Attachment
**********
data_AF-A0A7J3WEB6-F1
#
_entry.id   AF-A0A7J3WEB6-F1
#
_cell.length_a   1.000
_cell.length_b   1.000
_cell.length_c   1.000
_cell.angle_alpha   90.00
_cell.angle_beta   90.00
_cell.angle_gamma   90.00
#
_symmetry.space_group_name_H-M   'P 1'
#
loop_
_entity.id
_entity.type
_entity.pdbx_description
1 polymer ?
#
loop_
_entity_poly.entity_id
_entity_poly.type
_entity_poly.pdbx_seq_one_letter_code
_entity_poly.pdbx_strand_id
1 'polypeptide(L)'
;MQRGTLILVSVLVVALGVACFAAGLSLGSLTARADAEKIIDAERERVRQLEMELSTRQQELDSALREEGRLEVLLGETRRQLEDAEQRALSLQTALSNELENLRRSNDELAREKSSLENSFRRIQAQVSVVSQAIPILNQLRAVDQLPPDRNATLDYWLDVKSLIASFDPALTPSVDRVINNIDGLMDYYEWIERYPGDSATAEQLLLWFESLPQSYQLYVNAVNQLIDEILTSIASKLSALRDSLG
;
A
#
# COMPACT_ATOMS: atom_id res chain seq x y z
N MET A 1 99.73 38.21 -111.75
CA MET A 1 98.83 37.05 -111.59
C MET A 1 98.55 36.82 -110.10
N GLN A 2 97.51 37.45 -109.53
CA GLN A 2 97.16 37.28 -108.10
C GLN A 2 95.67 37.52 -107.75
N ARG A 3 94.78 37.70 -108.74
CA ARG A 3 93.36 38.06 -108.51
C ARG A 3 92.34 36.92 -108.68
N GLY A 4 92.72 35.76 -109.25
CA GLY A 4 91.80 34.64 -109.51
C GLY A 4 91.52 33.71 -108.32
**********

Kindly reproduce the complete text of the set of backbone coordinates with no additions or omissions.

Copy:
data_AF-A0A7J3WEB6-F1
#
_entry.id   AF-A0A7J3WEB6-F1
#
_cell.length_a   1.000
_cell.length_b   1.000
_cell.length_c   1.000
_cell.angle_alpha   90.00
_cell.angle_beta   90.00
_cell.angle_gamma   90.00
#
_symmetry.space_group_name_H-M   'P 1'
#
loop_
_entity.id
_entity.type
_entity.pdbx_description
1 polymer ?
#
loop_
_entity_poly.entity_id
_entity_poly.type
_entity_poly.pdbx_seq_one_letter_code
_entity_poly.pdbx_strand_id
1 'polypeptide(L)'
;MQRGTLILVSVLVVALGVACFAAGLSLGSLTARADAEKIIDAERERVRQLEMELSTRQQELDSALREEGRLEVLLGETRRQLEDAEQRALSLQTALSNELENLRRSNDELAREKSSLENSFRRIQAQVSVVSQAIPILNQLRAVDQLPPDRNATLDYWLDVKSLIASFDPALTPSVDRVINNIDGLMDYYEWIERYPGDSATAEQLLLWFESLPQSYQLYVNAVNQLIDEILTSIASKLSALRDSLG
;
A
#
# COMPACT_ATOMS: atom_id res chain seq x y z
N MET A 1 99.73 38.21 -111.75
CA MET A 1 98.83 37.05 -111.59
C MET A 1 98.55 36.82 -110.10
N GLN A 2 97.51 37.45 -109.53
CA GLN A 2 97.16 37.28 -108.10
C GLN A 2 95.67 37.52 -107.75
N ARG A 3 94.78 37.70 -108.74
CA ARG A 3 93.36 38.06 -108.51
C ARG A 3 92.34 36.92 -108.68
N GLY A 4 92.72 35.76 -109.25
CA GLY A 4 91.80 34.64 -109.51
C GLY A 4 91.52 33.71 -108.32